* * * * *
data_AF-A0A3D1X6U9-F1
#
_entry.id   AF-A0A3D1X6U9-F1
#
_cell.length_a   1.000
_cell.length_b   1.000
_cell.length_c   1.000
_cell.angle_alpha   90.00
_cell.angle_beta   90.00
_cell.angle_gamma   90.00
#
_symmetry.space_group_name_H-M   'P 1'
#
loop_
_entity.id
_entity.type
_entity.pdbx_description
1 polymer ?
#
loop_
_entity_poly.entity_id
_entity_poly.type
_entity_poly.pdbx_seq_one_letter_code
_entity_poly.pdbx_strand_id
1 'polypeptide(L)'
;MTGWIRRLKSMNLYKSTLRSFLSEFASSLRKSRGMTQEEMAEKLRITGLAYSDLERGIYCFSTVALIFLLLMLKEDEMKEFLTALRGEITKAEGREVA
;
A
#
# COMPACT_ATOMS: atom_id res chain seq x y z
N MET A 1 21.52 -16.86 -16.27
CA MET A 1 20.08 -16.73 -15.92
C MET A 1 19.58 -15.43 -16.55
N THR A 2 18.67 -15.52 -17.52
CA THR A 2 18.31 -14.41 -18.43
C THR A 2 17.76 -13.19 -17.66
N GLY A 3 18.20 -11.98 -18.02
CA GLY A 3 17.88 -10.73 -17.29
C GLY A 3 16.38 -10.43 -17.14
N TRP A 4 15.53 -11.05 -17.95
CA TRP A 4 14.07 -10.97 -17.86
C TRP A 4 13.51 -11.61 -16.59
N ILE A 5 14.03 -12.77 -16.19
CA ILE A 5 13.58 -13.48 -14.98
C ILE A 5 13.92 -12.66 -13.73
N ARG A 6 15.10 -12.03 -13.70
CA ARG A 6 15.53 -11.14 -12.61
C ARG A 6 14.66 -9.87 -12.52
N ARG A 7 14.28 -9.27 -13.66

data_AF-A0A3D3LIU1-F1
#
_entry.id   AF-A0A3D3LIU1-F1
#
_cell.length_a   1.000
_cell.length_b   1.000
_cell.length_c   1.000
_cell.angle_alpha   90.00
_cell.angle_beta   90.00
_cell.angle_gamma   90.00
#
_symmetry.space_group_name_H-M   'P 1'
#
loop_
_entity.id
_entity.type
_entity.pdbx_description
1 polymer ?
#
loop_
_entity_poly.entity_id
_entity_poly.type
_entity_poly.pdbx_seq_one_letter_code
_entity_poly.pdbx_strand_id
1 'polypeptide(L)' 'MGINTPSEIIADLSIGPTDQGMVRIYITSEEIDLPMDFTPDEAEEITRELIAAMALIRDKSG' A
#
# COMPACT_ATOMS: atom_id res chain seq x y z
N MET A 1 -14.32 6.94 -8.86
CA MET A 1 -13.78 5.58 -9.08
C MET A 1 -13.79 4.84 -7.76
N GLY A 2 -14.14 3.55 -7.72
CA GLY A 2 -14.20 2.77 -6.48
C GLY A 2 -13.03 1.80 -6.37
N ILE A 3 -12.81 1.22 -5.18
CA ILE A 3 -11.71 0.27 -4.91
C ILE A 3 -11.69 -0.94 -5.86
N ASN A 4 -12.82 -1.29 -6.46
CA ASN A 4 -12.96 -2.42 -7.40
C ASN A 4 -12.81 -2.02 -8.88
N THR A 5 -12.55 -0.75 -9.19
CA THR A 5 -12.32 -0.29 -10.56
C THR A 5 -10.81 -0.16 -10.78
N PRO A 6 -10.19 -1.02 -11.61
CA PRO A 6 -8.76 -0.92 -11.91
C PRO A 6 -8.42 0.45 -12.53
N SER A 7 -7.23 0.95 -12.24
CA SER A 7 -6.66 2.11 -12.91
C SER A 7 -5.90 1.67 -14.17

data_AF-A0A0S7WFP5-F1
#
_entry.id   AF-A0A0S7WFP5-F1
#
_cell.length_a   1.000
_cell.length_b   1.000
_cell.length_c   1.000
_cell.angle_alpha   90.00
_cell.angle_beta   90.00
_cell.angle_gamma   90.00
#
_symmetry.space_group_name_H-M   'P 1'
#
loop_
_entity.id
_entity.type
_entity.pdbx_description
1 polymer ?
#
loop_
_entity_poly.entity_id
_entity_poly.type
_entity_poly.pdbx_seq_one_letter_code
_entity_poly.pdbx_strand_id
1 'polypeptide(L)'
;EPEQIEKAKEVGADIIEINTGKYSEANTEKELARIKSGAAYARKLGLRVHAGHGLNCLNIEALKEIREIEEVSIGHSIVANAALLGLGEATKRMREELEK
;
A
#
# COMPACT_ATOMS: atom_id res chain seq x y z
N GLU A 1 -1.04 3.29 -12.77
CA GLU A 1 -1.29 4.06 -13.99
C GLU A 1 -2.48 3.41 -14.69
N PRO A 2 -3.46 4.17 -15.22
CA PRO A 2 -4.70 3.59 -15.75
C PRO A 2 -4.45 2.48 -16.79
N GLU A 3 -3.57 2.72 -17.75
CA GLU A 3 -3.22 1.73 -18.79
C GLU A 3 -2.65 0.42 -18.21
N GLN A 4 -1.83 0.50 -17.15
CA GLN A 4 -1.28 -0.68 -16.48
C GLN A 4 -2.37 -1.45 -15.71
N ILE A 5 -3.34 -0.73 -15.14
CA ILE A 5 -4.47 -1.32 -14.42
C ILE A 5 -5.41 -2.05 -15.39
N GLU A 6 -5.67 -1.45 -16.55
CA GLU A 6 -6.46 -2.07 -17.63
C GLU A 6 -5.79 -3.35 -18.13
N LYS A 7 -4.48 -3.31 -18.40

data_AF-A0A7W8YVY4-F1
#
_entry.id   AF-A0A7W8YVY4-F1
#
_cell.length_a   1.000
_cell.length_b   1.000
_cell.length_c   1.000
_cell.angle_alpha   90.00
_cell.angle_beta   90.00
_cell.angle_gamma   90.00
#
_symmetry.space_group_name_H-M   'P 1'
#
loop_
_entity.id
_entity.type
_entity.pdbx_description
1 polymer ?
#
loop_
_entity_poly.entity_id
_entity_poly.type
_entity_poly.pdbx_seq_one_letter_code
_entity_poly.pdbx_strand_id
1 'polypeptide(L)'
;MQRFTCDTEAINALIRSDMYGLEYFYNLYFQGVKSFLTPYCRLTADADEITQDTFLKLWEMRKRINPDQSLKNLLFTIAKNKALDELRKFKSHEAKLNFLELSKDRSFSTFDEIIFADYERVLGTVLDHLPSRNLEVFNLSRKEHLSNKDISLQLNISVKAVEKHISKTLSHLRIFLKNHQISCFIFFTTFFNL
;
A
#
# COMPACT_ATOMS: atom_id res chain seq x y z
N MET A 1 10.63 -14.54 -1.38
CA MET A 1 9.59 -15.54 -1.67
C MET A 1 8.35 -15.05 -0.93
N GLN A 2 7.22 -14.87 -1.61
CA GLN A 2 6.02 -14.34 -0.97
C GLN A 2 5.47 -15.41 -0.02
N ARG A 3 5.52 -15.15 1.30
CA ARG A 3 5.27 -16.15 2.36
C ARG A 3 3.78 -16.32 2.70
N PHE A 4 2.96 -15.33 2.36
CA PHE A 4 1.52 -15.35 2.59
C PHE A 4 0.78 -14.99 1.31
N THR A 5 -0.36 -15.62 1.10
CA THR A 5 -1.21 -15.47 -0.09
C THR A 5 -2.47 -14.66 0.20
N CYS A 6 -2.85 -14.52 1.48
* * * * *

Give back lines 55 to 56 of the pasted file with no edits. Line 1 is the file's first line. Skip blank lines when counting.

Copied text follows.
_cell.length_b   1.000
_cell.length_c   1.000